Pathways To Professionalism – A New Standard For Our Pro Clubs

ImageThis is what happens when I think out loud. The last time I did this it was again at the turn of a new year and it was also soccer related. That time we founded a new soccer club that went from an indoor soccer team predominantly full of old high school friends to a club that had under 5’s through to senior men’s and women’s team and two seasons of over 400% growth. This is what happens when you are passionate about what you do and are committed to seeing it become a reality.

I was recently back in Australia and had the pleasure of reconnecting with some of my soccer contacts who filled me in with all the developments in the game, which over the course of 18 months had been significant.

Australia shares many similarities with the sport here in the U.S. – it is a growing sport that is up against a range of more established (and culturally unique) ‘football’ codes and has the largest junior sporting base/participation in the country. It has also gone through some major changes over the past decade or so to help improve the standard of play and administration of the sport.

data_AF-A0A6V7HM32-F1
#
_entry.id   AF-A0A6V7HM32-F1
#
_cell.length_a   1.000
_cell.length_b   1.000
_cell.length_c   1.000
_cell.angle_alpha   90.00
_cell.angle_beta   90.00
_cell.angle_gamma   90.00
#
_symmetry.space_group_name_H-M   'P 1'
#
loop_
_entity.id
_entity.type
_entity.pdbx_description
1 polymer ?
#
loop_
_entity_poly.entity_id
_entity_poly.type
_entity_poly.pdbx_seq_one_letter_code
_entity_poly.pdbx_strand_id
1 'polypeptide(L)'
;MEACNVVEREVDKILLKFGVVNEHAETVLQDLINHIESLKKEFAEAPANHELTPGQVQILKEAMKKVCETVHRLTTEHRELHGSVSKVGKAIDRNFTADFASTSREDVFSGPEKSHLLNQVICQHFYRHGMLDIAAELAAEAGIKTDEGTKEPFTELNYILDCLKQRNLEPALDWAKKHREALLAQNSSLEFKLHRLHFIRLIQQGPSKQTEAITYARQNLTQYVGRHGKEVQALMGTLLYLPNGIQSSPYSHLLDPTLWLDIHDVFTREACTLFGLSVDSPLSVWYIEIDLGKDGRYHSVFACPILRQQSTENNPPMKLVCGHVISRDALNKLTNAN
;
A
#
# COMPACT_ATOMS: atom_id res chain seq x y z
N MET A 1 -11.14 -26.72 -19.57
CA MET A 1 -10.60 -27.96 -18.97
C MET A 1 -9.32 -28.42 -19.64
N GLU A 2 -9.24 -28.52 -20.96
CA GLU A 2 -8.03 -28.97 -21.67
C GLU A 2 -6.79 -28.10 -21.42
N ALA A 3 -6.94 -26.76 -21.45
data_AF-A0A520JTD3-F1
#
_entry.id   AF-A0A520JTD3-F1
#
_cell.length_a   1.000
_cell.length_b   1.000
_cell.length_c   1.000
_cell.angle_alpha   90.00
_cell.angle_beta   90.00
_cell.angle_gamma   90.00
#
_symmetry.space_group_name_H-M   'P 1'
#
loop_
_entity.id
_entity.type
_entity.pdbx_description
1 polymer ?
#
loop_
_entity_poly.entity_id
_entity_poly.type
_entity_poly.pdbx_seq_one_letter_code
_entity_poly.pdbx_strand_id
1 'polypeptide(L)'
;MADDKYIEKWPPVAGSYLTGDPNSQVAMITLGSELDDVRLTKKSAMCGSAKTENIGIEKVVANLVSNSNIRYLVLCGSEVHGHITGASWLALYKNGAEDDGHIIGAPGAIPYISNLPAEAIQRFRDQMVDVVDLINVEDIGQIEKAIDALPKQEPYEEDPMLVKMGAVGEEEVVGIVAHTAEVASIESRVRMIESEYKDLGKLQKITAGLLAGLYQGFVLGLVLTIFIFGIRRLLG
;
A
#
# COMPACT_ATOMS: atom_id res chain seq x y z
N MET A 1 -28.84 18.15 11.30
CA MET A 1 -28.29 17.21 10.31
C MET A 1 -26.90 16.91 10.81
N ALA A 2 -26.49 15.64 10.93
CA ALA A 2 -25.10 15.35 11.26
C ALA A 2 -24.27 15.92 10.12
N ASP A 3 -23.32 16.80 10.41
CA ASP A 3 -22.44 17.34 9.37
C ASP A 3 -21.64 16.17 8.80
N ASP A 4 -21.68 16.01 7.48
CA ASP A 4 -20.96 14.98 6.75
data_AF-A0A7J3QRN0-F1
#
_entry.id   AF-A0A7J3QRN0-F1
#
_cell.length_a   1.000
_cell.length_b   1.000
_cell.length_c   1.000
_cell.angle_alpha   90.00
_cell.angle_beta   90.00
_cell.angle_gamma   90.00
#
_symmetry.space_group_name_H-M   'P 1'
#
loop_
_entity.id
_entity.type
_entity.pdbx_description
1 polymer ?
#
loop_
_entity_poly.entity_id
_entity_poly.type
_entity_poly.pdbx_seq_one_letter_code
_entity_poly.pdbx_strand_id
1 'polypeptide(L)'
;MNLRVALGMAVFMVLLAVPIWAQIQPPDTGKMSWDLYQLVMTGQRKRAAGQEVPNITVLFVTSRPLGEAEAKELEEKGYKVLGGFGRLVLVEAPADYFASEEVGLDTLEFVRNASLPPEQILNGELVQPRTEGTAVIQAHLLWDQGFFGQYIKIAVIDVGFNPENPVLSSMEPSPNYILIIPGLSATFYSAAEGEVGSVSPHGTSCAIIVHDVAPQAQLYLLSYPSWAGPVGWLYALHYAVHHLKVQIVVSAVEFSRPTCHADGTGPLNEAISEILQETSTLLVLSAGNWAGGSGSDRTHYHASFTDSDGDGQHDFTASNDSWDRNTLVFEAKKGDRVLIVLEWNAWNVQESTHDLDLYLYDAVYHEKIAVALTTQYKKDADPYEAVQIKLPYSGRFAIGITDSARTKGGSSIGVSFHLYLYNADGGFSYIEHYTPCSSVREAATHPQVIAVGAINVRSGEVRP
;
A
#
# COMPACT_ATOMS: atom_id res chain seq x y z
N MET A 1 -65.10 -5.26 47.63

Embracing the term football, creating new men & women’s national leagues and joining the Asian Confederation are just a few of the positive changes happening ‘down under’.

It has been the changes at the grassroots and minor leagues though that provided the most food for thought, and ones that have ultimately been encouraged by the AFA to make sure they deliver on the need to create a second tier for the domestic league by 2022.

That will mean the introduction of promotion and relegation.

The AFC planned to revamp 22 leagues in Asia, 10 of them by 2009–2012. This was due to the poor performance of Asian teams in the 2006 FIFA World Cup. The reforms include increasing transparency, increasing competitiveness, improving training facilities, and forcing the leagues to have a system of relegation and promotion. [1]

The 10 leagues marked for reform are Australia, Japan, China, South Korea, Singapore, India, Iran, United Arab Emirates, Saudi Arabia, and Qatar. The proposal represented a radical change in Australia, where professional leagues in all sports are organized on a model of franchised teams and closed league membership. [2]